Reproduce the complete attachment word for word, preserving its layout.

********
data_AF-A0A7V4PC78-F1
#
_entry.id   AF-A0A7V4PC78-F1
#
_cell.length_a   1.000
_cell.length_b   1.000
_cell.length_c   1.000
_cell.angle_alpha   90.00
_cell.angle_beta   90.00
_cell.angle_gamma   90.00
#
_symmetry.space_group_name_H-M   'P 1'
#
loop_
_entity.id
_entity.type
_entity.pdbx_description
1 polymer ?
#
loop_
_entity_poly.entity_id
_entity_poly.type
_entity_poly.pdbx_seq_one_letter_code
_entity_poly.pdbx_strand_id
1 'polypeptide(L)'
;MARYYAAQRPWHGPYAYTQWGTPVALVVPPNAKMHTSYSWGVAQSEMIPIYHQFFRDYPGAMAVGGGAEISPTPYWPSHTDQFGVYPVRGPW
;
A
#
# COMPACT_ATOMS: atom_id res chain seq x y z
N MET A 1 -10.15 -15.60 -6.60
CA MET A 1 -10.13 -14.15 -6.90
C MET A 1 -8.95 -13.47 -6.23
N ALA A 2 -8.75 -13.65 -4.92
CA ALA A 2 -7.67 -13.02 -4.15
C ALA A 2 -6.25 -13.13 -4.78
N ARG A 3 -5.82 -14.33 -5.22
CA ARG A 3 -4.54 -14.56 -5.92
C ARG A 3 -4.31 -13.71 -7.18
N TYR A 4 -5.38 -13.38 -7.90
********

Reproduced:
data_AF-A0A7V4PC78-F1
#
_entry.id   AF-A0A7V4PC78-F1
#
_cell.length_a   1.000
_cell.length_b   1.000
_cell.length_c   1.000
_cell.angle_alpha   90.00
_cell.angle_beta   90.00
_cell.angle_gamma   90.00
#
_symmetry.space_group_name_H-M   'P 1'
#
loop_
_entity.id
_entity.type
_entity.pdbx_description
1 polymer ?
#
loop_
_entity_poly.entity_id
_entity_poly.type
_entity_poly.pdbx_seq_one_letter_code
_entity_poly.pdbx_strand_id
1 'polypeptide(L)'
;MARYYAAQRPWHGPYAYTQWGTPVALVVPPNAKMHTSYSWGVAQSEMIPIYHQFFRDYPGAMAVGGGAEISPTPYWPSHTDQFGVYPVRGPW
;
A
#
# COMPACT_ATOMS: atom_id res chain seq x y z
N MET A 1 -10.15 -15.60 -6.60
CA MET A 1 -10.13 -14.15 -6.90
C MET A 1 -8.95 -13.47 -6.23
N ALA A 2 -8.75 -13.65 -4.92
CA ALA A 2 -7.67 -13.02 -4.15
C ALA A 2 -6.25 -13.13 -4.78
N ARG A 3 -5.82 -14.33 -5.22
CA ARG A 3 -4.54 -14.56 -5.92
C ARG A 3 -4.31 -13.71 -7.18
N TYR A 4 -5.38 -13.38 -7.90